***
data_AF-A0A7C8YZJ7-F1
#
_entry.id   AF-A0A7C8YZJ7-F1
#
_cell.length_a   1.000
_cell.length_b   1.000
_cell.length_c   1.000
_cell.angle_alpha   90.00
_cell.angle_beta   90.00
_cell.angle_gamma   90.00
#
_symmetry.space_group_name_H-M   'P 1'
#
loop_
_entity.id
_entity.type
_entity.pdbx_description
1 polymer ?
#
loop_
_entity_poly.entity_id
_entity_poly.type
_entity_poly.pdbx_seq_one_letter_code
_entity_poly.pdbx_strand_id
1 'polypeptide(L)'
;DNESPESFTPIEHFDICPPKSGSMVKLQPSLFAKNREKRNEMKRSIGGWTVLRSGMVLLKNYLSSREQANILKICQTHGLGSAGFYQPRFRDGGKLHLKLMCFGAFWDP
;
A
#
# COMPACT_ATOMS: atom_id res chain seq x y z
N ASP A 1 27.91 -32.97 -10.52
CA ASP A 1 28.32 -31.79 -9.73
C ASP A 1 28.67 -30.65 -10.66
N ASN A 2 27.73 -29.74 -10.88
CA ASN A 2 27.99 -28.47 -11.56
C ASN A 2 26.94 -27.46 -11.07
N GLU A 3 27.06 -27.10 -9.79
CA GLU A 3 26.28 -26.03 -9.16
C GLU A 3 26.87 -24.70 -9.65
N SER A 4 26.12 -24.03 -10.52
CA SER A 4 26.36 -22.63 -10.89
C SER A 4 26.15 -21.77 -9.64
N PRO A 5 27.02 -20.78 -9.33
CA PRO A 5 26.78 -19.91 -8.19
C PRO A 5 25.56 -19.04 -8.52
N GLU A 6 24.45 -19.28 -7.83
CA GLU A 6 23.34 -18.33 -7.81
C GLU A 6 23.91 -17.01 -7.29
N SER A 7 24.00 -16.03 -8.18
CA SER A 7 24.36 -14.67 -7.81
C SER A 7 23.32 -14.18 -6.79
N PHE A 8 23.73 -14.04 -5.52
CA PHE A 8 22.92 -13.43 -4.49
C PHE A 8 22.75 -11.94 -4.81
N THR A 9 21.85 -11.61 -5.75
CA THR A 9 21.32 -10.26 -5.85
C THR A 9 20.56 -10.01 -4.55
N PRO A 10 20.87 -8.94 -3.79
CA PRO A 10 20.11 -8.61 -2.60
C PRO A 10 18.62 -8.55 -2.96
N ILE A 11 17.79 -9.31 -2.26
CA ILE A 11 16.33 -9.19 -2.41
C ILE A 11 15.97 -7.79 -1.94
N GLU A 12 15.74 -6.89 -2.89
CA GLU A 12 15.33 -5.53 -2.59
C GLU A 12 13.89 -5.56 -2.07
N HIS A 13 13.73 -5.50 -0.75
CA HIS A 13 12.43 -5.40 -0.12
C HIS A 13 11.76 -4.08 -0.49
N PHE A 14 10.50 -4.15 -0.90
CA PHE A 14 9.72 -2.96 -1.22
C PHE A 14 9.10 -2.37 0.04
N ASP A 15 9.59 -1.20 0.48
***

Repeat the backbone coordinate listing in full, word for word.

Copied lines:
data_AF-A0A7C8YZJ7-F1
#
_entry.id   AF-A0A7C8YZJ7-F1
#
_cell.length_a   1.000
_cell.length_b   1.000
_cell.length_c   1.000
_cell.angle_alpha   90.00
_cell.angle_beta   90.00
_cell.angle_gamma   90.00
#
_symmetry.space_group_name_H-M   'P 1'
#
loop_
_entity.id
_entity.type
_entity.pdbx_description
1 polymer ?
#
loop_
_entity_poly.entity_id
_entity_poly.type
_entity_poly.pdbx_seq_one_letter_code
_entity_poly.pdbx_strand_id
1 'polypeptide(L)'
;DNESPESFTPIEHFDICPPKSGSMVKLQPSLFAKNREKRNEMKRSIGGWTVLRSGMVLLKNYLSSREQANILKICQTHGLGSAGFYQPRFRDGGKLHLKLMCFGAFWDP
;
A
#
# COMPACT_ATOMS: atom_id res chain seq x y z
N ASP A 1 27.91 -32.97 -10.52
CA ASP A 1 28.32 -31.79 -9.73
C ASP A 1 28.67 -30.65 -10.66
N ASN A 2 27.73 -29.74 -10.88
CA ASN A 2 27.99 -28.47 -11.56
C ASN A 2 26.94 -27.46 -11.07
N GLU A 3 27.06 -27.10 -9.79
CA GLU A 3 26.28 -26.03 -9.16
C GLU A 3 26.87 -24.70 -9.65
N SER A 4 26.12 -24.03 -10.52
CA SER A 4 26.36 -22.63 -10.89
C SER A 4 26.15 -21.77 -9.64
N PRO A 5 27.02 -20.78 -9.33
CA PRO A 5 26.78 -19.91 -8.19
C PRO A 5 25.56 -19.04 -8.52
N GLU A 6 24.45 -19.28 -7.83
CA GLU A 6 23.34 -18.33 -7.81
C GLU A 6 23.91 -17.01 -7.29
N SER A 7 24.00 -16.03 -8.18
CA SER A 7 24.36 -14.67 -7.81
C SER A 7 23.32 -14.18 -6.79
N PHE A 8 23.73 -14.04 -5.52
CA PHE A 8 22.92 -13.43 -4.49
C PHE A 8 22.75 -11.94 -4.81
N THR A 9 21.85 -11.61 -5.75
CA THR A 9 21.32 -10.26 -5.85
C THR A 9 20.56 -10.01 -4.55
N PRO A 10 20.87 -8.94 -3.79
CA PRO A 10 20.11 -8.61 -2.60
C PRO A 10 18.62 -8.55 -2.96
N ILE A 11 17.79 -9.31 -2.26
CA ILE A 11 16.33 -9.19 -2.41
C ILE A 11 15.97 -7.79 -1.94
N GLU A 12 15.74 -6.89 -2.89
CA GLU A 12 15.33 -5.53 -2.59
C GLU A 12 13.89 -5.56 -2.07
N HIS A 13 13.73 -5.50 -0.75
CA HIS A 13 12.43 -5.40 -0.12
C HIS A 13 11.76 -4.08 -0.49
N PHE A 14 10.50 -4.15 -0.90
CA PHE A 14 9.72 -2.96 -1.22
C PHE A 14 9.10 -2.37 0.04
N ASP A 15 9.59 -1.20 0.48